Banks got less discount loans from BSP in first quarter
MANILA, Philippines—Discount loans secured by banks from the Bangko Sentral ng Pilipinas declined in the first quarter as banks enjoyed sufficient liquidity to support their lending operations.
BSP officials said the banking sector has been awash in cash due to rising profitability and deposits from the public, thereby depending less on interim financial support from the central bank to be able to maintain smooth operations of their credit activities.
Discount loans are extended by the BSP to banks in need of liquidity to be able to continue lending even if they are tied with receivables.
According to data from the central bank, peso-denominated discount loans extended by the BSP in the first three months of the year reached P6.5 billion, falling by nearly 84 percent from P40.4 billion in the same period in 2010.
Besides liquidity of banks, the drop in the discount loans was also partly attributed to the increase in interest rate charged by the BSP on such loans.
Last month, the interest rate on discount loans was raised to 4.25 percent for all maturities from the previous rate of 4 percent.
The increase was automatic, as the interest rates on discount loans was pegged to the overnight borrowing rate of the BSP. The central bank’s overnight borrowing rate was raised last month by 25 basis points to 4.25 percent.
Overnight borrowing rate indicates the amount charged by the BSP for overnight loans extended to banks.
The increase in interest rate was done to help temper the increase in consumer prices. With higher interest rates, monetary officials believe demand for loans will be dampened. In turn, consumption will also be tempered since this is partly aided by loans.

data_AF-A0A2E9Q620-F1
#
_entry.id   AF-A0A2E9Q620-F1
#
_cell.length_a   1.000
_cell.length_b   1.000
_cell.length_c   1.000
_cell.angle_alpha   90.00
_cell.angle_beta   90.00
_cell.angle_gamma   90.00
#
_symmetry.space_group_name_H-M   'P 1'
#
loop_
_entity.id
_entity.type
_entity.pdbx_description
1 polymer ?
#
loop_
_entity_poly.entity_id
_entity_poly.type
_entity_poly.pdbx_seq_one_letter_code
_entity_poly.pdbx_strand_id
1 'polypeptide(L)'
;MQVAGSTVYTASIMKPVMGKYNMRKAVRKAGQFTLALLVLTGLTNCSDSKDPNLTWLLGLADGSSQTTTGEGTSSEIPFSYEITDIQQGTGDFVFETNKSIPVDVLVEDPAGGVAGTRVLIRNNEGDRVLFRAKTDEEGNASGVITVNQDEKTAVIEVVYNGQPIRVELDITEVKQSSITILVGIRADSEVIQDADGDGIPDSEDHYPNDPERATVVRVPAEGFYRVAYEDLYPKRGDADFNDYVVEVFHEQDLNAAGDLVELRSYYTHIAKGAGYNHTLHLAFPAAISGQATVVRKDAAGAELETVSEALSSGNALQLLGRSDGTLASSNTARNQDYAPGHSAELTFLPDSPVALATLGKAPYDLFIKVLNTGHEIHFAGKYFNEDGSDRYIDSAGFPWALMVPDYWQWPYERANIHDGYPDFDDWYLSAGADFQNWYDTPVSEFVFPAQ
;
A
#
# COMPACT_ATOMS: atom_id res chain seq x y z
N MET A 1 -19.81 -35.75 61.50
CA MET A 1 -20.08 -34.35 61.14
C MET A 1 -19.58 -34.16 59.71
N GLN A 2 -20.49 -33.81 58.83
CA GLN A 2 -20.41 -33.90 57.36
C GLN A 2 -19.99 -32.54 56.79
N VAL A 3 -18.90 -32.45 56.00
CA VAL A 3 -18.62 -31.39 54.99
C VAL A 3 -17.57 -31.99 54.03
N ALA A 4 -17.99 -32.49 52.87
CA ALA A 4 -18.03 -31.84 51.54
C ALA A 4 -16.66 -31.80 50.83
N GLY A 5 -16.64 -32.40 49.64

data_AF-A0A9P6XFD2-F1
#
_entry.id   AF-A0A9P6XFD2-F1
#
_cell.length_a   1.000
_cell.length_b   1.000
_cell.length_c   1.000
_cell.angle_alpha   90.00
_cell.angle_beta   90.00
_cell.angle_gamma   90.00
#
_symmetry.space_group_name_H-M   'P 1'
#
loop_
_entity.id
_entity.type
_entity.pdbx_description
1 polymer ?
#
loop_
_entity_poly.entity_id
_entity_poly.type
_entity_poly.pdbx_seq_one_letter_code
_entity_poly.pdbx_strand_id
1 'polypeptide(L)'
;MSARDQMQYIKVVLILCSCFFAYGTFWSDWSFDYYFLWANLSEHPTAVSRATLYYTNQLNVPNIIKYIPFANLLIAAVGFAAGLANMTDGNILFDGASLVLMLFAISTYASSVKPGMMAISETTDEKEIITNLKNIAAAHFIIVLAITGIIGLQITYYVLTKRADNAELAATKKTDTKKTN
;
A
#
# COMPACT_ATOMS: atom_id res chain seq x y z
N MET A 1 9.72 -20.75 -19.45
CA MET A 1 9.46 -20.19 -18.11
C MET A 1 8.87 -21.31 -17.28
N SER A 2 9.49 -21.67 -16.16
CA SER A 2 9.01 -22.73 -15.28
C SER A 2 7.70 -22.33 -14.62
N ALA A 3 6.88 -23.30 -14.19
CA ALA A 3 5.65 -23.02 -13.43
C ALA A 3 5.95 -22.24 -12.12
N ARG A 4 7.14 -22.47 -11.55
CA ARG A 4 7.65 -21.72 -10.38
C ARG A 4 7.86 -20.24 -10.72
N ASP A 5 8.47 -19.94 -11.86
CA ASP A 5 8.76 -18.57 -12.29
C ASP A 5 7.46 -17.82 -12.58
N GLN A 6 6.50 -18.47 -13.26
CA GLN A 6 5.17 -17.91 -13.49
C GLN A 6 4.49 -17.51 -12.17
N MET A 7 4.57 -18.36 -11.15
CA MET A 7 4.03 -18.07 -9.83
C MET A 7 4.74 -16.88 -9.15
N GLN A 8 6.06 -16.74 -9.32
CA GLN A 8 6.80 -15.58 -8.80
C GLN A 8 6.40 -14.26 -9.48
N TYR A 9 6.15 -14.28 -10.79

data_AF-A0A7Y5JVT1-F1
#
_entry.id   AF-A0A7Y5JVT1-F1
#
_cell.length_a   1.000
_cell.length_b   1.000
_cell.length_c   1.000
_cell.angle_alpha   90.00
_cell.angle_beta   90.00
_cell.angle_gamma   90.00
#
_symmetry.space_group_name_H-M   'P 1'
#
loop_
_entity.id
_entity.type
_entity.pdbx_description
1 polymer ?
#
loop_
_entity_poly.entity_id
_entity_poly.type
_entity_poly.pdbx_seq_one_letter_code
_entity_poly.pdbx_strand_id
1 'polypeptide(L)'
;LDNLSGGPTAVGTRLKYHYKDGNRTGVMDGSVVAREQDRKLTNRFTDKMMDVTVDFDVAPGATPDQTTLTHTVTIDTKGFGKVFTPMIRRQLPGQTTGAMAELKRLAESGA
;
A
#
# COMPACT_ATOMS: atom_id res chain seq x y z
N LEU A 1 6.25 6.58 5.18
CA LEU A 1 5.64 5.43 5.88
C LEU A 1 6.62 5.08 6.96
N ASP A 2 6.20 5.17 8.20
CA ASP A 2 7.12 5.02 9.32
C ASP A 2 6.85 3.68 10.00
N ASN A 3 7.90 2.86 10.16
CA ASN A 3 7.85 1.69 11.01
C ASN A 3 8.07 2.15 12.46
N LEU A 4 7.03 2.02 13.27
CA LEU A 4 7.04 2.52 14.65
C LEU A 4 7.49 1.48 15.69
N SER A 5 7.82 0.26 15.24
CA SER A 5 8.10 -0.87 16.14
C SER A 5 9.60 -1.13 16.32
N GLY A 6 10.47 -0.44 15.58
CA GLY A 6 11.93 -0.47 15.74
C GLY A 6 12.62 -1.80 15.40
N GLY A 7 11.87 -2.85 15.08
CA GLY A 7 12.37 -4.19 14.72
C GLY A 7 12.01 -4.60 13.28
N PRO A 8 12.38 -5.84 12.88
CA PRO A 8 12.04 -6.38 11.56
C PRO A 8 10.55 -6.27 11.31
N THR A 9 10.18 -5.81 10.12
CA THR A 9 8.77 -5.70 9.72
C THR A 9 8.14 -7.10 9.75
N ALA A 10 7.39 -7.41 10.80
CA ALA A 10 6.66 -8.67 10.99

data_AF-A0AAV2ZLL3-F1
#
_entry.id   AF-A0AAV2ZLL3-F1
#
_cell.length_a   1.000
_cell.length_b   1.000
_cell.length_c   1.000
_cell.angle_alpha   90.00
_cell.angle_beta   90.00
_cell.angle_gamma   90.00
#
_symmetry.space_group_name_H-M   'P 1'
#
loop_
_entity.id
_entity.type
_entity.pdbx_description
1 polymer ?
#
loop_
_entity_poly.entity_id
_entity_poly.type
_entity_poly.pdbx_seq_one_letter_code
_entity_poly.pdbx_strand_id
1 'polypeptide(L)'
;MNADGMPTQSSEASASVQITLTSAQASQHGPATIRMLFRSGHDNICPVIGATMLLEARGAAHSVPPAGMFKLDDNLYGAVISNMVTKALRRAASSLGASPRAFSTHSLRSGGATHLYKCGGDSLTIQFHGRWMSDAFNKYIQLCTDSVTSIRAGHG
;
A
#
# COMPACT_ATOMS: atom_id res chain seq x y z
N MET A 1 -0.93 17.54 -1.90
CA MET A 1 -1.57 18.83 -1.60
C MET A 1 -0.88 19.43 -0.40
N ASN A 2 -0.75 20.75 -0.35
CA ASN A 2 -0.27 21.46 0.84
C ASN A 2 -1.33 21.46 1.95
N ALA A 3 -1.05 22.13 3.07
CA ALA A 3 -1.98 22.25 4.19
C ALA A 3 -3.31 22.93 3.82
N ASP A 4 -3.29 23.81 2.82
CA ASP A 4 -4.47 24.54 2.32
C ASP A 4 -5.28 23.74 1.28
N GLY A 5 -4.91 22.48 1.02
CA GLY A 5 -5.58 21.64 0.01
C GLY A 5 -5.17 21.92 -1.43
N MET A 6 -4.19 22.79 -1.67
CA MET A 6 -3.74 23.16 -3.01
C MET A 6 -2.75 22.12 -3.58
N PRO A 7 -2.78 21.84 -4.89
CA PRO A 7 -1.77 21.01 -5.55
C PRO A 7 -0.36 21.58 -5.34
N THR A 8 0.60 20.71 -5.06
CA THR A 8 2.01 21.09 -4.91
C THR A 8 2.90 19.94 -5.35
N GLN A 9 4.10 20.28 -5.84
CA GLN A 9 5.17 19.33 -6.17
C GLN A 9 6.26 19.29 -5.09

The increase in interest rate came amid projections that inflation might accelerate this year from last year. Without an increase in interest rate, monetary officials admitted, inflation may exceed the official ceiling targeted by the government.
Inflation accelerated a bit to an average of 4.1 percent in the first quarter, from 3.8 percent last year.
The government aims to keep inflation within 3 to 5 percent.
Buildup of price pressures is caused partly by rising demand that is backed by higher income levels, as well as rising oil prices in the global market.
The Philippines is vulnerable to oil price shocks offshore given that it imports over 90 percent of its fuel requirements.
Rising oil prices are blamed largely on the political tensions in North Africa and the Middle East, oil producing regions, that somewhat dampen supply of the important commodity.
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